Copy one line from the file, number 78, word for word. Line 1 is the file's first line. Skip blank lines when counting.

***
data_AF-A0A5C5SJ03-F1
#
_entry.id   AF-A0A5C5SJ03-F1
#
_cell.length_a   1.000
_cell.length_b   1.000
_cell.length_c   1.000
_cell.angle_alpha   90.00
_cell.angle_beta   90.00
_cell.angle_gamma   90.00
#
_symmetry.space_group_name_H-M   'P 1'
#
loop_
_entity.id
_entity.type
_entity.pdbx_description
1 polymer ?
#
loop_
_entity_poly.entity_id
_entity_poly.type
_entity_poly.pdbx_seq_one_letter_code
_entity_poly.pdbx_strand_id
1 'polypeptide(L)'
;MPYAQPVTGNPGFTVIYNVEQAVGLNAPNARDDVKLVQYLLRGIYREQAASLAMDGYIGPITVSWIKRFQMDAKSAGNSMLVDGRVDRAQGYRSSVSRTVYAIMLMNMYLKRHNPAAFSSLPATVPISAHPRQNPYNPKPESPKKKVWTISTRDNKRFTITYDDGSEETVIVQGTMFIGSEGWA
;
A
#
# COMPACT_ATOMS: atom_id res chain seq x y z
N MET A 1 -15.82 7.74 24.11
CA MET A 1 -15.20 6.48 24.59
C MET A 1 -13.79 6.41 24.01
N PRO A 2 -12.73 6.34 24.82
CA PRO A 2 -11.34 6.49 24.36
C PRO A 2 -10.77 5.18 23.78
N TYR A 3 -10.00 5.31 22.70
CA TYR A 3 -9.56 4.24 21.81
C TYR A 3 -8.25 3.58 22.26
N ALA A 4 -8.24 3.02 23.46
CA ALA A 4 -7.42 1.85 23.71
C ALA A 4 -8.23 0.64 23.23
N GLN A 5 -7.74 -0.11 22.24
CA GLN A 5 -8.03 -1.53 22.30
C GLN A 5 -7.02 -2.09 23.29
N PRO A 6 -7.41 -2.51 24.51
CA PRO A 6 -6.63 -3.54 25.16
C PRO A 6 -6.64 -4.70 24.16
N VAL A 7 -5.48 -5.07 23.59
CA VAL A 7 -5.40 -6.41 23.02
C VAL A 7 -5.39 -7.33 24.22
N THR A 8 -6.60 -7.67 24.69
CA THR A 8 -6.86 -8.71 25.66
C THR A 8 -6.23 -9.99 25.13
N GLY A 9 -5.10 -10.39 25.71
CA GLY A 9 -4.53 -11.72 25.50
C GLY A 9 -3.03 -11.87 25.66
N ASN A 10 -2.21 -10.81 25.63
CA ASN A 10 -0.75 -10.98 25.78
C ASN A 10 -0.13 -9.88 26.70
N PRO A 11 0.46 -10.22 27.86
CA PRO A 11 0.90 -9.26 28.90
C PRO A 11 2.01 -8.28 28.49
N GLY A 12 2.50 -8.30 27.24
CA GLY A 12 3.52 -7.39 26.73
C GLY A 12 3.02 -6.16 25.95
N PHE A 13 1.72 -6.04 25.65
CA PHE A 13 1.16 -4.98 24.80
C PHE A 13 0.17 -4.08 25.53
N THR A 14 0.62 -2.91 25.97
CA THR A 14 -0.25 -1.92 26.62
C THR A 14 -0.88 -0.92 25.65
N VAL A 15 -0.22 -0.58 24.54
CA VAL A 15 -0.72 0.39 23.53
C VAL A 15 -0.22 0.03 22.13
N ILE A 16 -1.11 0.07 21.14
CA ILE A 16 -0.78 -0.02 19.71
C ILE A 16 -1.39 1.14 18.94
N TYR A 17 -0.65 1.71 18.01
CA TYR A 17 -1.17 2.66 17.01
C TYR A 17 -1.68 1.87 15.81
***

C ILE A 16 -1.39 1.14 18.94